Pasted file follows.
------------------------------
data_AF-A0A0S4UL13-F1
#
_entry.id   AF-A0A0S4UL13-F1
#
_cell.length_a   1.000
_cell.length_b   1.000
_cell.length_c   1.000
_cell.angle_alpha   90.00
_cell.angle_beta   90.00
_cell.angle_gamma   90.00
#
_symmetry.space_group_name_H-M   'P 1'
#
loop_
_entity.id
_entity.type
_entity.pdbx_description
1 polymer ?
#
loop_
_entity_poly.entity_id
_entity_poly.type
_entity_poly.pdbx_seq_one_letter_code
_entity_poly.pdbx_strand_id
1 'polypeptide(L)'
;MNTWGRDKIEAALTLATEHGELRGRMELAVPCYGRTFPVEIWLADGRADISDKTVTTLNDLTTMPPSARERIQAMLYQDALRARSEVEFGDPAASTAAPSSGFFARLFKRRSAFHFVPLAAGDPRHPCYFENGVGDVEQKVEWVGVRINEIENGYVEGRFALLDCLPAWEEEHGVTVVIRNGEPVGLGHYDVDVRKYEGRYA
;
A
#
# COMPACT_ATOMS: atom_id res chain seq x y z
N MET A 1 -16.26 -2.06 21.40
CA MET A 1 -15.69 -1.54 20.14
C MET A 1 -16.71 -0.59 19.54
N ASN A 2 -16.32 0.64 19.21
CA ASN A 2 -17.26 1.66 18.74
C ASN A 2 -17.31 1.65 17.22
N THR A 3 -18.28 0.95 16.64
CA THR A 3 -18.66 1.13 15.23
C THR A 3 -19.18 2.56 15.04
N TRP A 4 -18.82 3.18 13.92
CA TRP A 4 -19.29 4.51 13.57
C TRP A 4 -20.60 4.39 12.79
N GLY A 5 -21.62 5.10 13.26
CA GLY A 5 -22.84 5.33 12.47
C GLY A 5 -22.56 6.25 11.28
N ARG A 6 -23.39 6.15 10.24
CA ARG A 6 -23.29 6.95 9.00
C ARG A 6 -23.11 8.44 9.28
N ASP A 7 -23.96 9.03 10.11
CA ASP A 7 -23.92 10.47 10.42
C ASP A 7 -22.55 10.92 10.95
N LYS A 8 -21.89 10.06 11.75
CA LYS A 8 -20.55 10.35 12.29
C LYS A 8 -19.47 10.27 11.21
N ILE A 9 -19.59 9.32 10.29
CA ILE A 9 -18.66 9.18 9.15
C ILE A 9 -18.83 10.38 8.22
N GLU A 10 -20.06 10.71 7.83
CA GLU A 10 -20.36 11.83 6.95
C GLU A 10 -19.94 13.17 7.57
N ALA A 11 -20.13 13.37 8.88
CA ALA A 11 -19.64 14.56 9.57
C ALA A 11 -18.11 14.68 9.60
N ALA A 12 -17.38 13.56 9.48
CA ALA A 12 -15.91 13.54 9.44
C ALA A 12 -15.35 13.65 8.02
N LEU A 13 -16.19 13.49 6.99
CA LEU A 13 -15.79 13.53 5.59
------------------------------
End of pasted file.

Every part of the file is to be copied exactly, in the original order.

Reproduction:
data_AF-A0A0S4UL13-F1
#
_entry.id   AF-A0A0S4UL13-F1
#
_cell.length_a   1.000
_cell.length_b   1.000
_cell.length_c   1.000
_cell.angle_alpha   90.00
_cell.angle_beta   90.00
_cell.angle_gamma   90.00
#
_symmetry.space_group_name_H-M   'P 1'
#
loop_
_entity.id
_entity.type
_entity.pdbx_description
1 polymer ?
#
loop_
_entity_poly.entity_id
_entity_poly.type
_entity_poly.pdbx_seq_one_letter_code
_entity_poly.pdbx_strand_id
1 'polypeptide(L)'
;MNTWGRDKIEAALTLATEHGELRGRMELAVPCYGRTFPVEIWLADGRADISDKTVTTLNDLTTMPPSARERIQAMLYQDALRARSEVEFGDPAASTAAPSSGFFARLFKRRSAFHFVPLAAGDPRHPCYFENGVGDVEQKVEWVGVRINEIENGYVEGRFALLDCLPAWEEEHGVTVVIRNGEPVGLGHYDVDVRKYEGRYA
;
A
#
# COMPACT_ATOMS: atom_id res chain seq x y z
N MET A 1 -16.26 -2.06 21.40
CA MET A 1 -15.69 -1.54 20.14
C MET A 1 -16.71 -0.59 19.54
N ASN A 2 -16.32 0.64 19.21
CA ASN A 2 -17.26 1.66 18.74
C ASN A 2 -17.31 1.65 17.22
N THR A 3 -18.28 0.95 16.64
CA THR A 3 -18.66 1.13 15.23
C THR A 3 -19.18 2.56 15.04
N TRP A 4 -18.82 3.18 13.92
CA TRP A 4 -19.29 4.51 13.57
C TRP A 4 -20.60 4.39 12.79
N GLY A 5 -21.62 5.10 13.26
CA GLY A 5 -22.84 5.33 12.47
C GLY A 5 -22.56 6.25 11.28
N ARG A 6 -23.39 6.15 10.24
CA ARG A 6 -23.29 6.95 9.00
C ARG A 6 -23.11 8.44 9.28
N ASP A 7 -23.96 9.03 10.11
CA ASP A 7 -23.92 10.47 10.42
C ASP A 7 -22.55 10.92 10.95
N LYS A 8 -21.89 10.06 11.75
CA LYS A 8 -20.55 10.35 12.29
C LYS A 8 -19.47 10.27 11.21
N ILE A 9 -19.59 9.32 10.29
CA ILE A 9 -18.66 9.18 9.15
C ILE A 9 -18.83 10.38 8.22
N GLU A 10 -20.06 10.71 7.83
CA GLU A 10 -20.36 11.83 6.95
C GLU A 10 -19.94 13.17 7.57
N ALA A 11 -20.13 13.37 8.88
CA ALA A 11 -19.64 14.56 9.57
C ALA A 11 -18.11 14.68 9.60
N ALA A 12 -17.38 13.56 9.48
CA ALA A 12 -15.91 13.54 9.44
C ALA A 12 -15.35 13.65 8.02
N LEU A 13 -16.19 13.49 6.99
CA LEU A 13 -15.79 13.53 5.59